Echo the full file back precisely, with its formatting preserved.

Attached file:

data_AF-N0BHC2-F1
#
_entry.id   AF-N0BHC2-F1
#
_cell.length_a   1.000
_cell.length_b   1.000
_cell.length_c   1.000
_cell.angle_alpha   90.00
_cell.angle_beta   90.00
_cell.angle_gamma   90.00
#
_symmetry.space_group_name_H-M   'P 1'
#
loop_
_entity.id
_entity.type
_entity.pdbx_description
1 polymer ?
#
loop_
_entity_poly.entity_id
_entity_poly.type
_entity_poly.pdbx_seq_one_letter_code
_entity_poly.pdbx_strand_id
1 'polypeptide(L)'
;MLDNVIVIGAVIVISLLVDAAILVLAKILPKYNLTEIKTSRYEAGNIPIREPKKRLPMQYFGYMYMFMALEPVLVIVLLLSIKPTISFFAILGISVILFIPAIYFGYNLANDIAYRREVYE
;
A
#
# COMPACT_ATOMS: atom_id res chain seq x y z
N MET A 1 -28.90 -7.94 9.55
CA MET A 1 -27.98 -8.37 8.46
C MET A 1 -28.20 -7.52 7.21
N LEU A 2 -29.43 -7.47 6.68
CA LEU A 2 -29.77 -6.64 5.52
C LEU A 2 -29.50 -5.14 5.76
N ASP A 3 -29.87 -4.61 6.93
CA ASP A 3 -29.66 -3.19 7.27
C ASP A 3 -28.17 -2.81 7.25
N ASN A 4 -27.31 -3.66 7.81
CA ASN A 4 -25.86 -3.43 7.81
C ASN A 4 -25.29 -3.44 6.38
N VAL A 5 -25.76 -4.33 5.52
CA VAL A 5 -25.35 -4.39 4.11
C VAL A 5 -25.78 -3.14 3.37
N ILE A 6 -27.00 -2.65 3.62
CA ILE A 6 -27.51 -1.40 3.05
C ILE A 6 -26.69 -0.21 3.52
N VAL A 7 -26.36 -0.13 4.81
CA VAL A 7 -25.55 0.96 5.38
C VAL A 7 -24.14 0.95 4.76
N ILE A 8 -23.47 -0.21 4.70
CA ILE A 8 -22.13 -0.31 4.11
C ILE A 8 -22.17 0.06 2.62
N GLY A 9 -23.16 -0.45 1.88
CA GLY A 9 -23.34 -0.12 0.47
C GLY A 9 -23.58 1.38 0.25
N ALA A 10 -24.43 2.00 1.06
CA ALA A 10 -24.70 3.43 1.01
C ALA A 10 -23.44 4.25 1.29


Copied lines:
data_AF-N0BHC2-F1
#
_entry.id   AF-N0BHC2-F1
#
_cell.length_a   1.000
_cell.length_b   1.000
_cell.length_c   1.000
_cell.angle_alpha   90.00
_cell.angle_beta   90.00
_cell.angle_gamma   90.00
#
_symmetry.space_group_name_H-M   'P 1'
#
loop_
_entity.id
_entity.type
_entity.pdbx_description
1 polymer ?
#
loop_
_entity_poly.entity_id
_entity_poly.type
_entity_poly.pdbx_seq_one_letter_code
_entity_poly.pdbx_strand_id
1 'polypeptide(L)'
;MLDNVIVIGAVIVISLLVDAAILVLAKILPKYNLTEIKTSRYEAGNIPIREPKKRLPMQYFGYMYMFMALEPVLVIVLLLSIKPTISFFAILGISVILFIPAIYFGYNLANDIAYRREVYE
;
A
#
# COMPACT_ATOMS: atom_id res chain seq x y z
N MET A 1 -28.90 -7.94 9.55
CA MET A 1 -27.98 -8.37 8.46
C MET A 1 -28.20 -7.52 7.21
N LEU A 2 -29.43 -7.47 6.68
CA LEU A 2 -29.77 -6.64 5.52
C LEU A 2 -29.50 -5.14 5.76
N ASP A 3 -29.87 -4.61 6.93
CA ASP A 3 -29.66 -3.19 7.27
C ASP A 3 -28.17 -2.81 7.25
N ASN A 4 -27.31 -3.66 7.81
CA ASN A 4 -25.86 -3.43 7.81
C ASN A 4 -25.29 -3.44 6.38
N VAL A 5 -25.76 -4.33 5.52
CA VAL A 5 -25.35 -4.39 4.11
C VAL A 5 -25.78 -3.14 3.37
N ILE A 6 -27.00 -2.65 3.62
CA ILE A 6 -27.51 -1.40 3.05
C ILE A 6 -26.69 -0.21 3.52
N VAL A 7 -26.36 -0.13 4.81
CA VAL A 7 -25.55 0.96 5.38
C VAL A 7 -24.14 0.95 4.76
N ILE A 8 -23.47 -0.21 4.70
CA ILE A 8 -22.13 -0.31 4.11
C ILE A 8 -22.17 0.06 2.62
N GLY A 9 -23.16 -0.45 1.88
CA GLY A 9 -23.34 -0.12 0.47
C GLY A 9 -23.58 1.38 0.25
N ALA A 10 -24.43 2.00 1.06
CA ALA A 10 -24.70 3.43 1.01
C ALA A 10 -23.44 4.25 1.29